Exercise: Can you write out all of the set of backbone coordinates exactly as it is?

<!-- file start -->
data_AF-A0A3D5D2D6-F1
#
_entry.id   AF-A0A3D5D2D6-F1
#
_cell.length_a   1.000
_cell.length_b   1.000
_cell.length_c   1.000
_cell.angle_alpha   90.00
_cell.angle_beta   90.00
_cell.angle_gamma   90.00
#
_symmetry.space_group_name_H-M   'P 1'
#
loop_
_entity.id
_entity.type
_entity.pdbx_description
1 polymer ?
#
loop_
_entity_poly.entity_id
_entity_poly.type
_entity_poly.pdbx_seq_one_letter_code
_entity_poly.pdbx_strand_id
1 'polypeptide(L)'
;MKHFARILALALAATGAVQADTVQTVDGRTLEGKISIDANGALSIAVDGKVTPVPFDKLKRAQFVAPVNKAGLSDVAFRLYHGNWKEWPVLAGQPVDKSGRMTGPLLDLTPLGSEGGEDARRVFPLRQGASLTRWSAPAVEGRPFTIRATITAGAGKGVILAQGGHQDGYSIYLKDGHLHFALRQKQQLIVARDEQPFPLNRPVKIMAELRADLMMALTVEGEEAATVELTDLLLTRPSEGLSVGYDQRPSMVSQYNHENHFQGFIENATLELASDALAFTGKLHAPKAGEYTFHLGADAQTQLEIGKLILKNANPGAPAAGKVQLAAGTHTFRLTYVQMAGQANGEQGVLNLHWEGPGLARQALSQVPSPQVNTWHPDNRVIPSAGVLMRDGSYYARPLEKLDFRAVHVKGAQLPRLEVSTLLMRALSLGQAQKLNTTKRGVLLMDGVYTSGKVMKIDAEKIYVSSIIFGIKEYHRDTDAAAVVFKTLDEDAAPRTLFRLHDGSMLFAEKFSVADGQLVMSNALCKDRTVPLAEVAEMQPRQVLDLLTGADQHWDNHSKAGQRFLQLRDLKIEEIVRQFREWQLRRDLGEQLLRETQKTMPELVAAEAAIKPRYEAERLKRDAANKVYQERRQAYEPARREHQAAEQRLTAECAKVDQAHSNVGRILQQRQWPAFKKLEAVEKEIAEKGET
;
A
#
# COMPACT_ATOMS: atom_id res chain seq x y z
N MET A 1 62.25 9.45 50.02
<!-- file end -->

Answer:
data_AF-A0A3D5D2D6-F1
#
_entry.id   AF-A0A3D5D2D6-F1
#
_cell.length_a   1.000
_cell.length_b   1.000
_cell.length_c   1.000
_cell.angle_alpha   90.00
_cell.angle_beta   90.00
_cell.angle_gamma   90.00
#
_symmetry.space_group_name_H-M   'P 1'
#
loop_
_entity.id
_entity.type
_entity.pdbx_description
1 polymer ?
#
loop_
_entity_poly.entity_id
_entity_poly.type
_entity_poly.pdbx_seq_one_letter_code
_entity_poly.pdbx_strand_id
1 'polypeptide(L)'
;MKHFARILALALAATGAVQADTVQTVDGRTLEGKISIDANGALSIAVDGKVTPVPFDKLKRAQFVAPVNKAGLSDVAFRLYHGNWKEWPVLAGQPVDKSGRMTGPLLDLTPLGSEGGEDARRVFPLRQGASLTRWSAPAVEGRPFTIRATITAGAGKGVILAQGGHQDGYSIYLKDGHLHFALRQKQQLIVARDEQPFPLNRPVKIMAELRADLMMALTVEGEEAATVELTDLLLTRPSEGLSVGYDQRPSMVSQYNHENHFQGFIENATLELASDALAFTGKLHAPKAGEYTFHLGADAQTQLEIGKLILKNANPGAPAAGKVQLAAGTHTFRLTYVQMAGQANGEQGVLNLHWEGPGLARQALSQVPSPQVNTWHPDNRVIPSAGVLMRDGSYYARPLEKLDFRAVHVKGAQLPRLEVSTLLMRALSLGQAQKLNTTKRGVLLMDGVYTSGKVMKIDAEKIYVSSIIFGIKEYHRDTDAAAVVFKTLDEDAAPRTLFRLHDGSMLFAEKFSVADGQLVMSNALCKDRTVPLAEVAEMQPRQVLDLLTGADQHWDNHSKAGQRFLQLRDLKIEEIVRQFREWQLRRDLGEQLLRETQKTMPELVAAEAAIKPRYEAERLKRDAANKVYQERRQAYEPARREHQAAEQRLTAECAKVDQAHSNVGRILQQRQWPAFKKLEAVEKEIAEKGET
;
A
#
# COMPACT_ATOMS: atom_id res chain seq x y z
N MET A 1 62.25 9.45 50.02